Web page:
Today - February 20th is National Love Your Pet Day

Break out the treats.  Head to the pet store.   Visit the local shelter.  Today is National Love Your Pet Day.   The purpose of this holiday is to encourage pet owners to spend some time with their pets and show them the love and affection they deserve.  Dogs, cats, turtles, lizards, fish; it doesn’t matter.  It’s the day to show them just how much they mean to you.

No one knows exactly when it started but according to our research, wide-scale celebration began in the early 2000s. 

The stats will surprise you

In 2017, U.S pet owners spent almost $70 billion dollars worth of products for their pets (American Pet Products Association).  Compare that to the $41 billion spent in 2007. Want to know more about the pet industry in the United States? Then check out the following pet statistics:

Number of Households That Own a Pet (By Type. In Millions)
Dogs:     60
Cats:      47
Fish:       14.2
Birds:     8.0
Reptile: 4.7
Horses: 2.6

Number of Animals Owned in U.S (In Millions)
Fish:       158.8
Cats:      94
Dogs:     90
Birds:     20.4
Reptiles: 9.4
Horses: 7.7

The benefits will blow you away

Strengthen a child’s immune system  ̶ Studies have shown that children who live in homes with pets miss less school due to sickness than children who grow up in pet-free homes.

Lessen the chance of developing allergies Contrary to outdated myth, children in households with pets are reported to have fewer allergies.  Nowadays, several studies have shown that children in pet-friendly households lower the chances of developing related allergies by as much as 33% (National Institute of Health). You’ll want to introduce the kids to the animals as soon as possible.  If a person has already developed an allergy, the allergy can’t be reversed.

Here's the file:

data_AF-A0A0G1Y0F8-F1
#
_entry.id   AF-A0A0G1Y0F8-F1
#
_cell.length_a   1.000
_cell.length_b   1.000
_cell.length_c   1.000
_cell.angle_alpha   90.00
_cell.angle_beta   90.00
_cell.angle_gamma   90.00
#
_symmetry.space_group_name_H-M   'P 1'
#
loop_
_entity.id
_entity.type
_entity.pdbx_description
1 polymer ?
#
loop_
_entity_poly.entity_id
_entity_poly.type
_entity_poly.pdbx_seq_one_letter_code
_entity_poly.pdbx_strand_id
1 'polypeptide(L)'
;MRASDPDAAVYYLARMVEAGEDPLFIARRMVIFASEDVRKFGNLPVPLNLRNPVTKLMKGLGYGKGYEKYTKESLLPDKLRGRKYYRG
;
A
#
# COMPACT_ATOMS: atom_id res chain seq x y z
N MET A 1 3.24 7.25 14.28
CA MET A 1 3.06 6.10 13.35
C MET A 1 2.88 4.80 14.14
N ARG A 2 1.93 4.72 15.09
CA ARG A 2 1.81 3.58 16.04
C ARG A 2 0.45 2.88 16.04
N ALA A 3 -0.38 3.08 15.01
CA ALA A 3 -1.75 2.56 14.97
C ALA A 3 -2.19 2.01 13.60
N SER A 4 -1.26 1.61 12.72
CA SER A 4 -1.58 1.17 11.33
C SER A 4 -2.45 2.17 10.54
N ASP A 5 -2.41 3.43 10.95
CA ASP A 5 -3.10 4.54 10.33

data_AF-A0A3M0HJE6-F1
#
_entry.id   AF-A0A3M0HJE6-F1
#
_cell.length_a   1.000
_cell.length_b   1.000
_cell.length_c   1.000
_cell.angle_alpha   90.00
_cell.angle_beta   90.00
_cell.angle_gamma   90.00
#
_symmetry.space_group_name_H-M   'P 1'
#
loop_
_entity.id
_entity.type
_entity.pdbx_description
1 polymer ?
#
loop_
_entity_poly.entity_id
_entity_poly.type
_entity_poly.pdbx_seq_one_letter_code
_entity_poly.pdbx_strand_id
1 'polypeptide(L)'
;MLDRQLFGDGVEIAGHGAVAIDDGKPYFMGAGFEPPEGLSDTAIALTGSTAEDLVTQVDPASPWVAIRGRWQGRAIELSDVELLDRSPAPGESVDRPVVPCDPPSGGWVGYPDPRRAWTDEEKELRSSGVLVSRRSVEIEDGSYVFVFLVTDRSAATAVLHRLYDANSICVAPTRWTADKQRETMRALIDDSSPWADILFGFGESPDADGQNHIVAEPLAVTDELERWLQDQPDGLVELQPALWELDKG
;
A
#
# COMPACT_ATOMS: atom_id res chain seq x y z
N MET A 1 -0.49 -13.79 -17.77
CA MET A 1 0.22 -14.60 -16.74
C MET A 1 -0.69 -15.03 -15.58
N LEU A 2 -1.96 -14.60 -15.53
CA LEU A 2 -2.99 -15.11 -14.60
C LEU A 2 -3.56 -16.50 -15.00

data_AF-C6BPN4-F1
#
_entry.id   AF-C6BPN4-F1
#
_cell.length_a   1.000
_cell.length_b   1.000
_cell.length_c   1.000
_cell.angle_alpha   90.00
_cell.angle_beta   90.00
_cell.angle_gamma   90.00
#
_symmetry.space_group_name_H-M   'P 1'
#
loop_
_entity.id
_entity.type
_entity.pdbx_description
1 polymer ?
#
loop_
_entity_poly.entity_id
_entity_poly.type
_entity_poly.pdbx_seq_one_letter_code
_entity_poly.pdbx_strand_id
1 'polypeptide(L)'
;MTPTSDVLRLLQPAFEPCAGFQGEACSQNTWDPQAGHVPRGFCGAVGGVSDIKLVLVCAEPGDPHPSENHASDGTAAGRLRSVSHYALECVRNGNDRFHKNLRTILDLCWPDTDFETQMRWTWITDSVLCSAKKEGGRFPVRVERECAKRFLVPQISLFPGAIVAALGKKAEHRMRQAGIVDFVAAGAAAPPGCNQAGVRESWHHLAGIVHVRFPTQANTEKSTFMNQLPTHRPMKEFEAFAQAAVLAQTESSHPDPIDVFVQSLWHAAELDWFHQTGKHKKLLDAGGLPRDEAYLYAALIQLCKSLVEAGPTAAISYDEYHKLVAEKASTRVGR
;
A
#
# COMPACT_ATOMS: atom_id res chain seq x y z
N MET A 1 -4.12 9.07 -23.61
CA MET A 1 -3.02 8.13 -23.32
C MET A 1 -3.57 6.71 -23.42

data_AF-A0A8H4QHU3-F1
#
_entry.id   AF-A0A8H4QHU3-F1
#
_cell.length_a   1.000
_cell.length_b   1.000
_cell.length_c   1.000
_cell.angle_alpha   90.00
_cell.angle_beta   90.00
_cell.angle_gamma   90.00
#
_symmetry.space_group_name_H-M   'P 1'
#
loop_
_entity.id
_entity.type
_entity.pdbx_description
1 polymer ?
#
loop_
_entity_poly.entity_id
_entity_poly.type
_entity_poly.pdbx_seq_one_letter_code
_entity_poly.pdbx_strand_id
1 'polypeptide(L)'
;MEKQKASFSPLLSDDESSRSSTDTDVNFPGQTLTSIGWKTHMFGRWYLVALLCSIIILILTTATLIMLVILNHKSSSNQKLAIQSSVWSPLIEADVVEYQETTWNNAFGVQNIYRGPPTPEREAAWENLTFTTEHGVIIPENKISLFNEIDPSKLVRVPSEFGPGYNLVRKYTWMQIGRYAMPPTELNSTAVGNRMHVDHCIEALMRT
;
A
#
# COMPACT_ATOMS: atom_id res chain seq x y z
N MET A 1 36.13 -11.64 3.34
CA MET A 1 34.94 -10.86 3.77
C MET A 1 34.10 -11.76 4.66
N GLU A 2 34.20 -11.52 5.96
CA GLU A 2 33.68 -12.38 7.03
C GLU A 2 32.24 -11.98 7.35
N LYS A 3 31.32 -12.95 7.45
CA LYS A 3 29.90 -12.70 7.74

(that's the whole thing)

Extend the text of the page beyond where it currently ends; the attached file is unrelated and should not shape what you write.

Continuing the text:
Heart health—Another benefit to owning a pet may be improved heart health.  Studies have shown that owning a pet can lower blood pressure, triglyceride and cholesterol levels; all are contributors to the risk of heart attack

Overall fitness—This one’s so obvious.  You walk your dog 3X daily; you walk off excess weight and boost your metabolism.  The pooch is happy and you get healthy.  Win-Win! 

Don’t worry; be happy—Yes, they can be expensive.  Certainly they can be a pain in the neck.  In spite of it all, pets have been shown to turn a bad day into a beautiful one.  That’s why their presence in hospitals, nursing homes and long-term care facilities is ever-rising.   

Make new friends, keep the old—Pets are instant icebreakers; people are just more willing to stop and chat when they see a person out with their pet.  And you’d be amazed by how often friends stop by for pet play dates.  Just one more reason to make a dog, cat, reptile or bird a part of the family. 

Celebrating National Love Your Pet Day

Stop by your local pet adoption center.  Volunteer, foster or adopt.  Animals provide love and companionship each and every day.  February 20th is your chance to return the favor.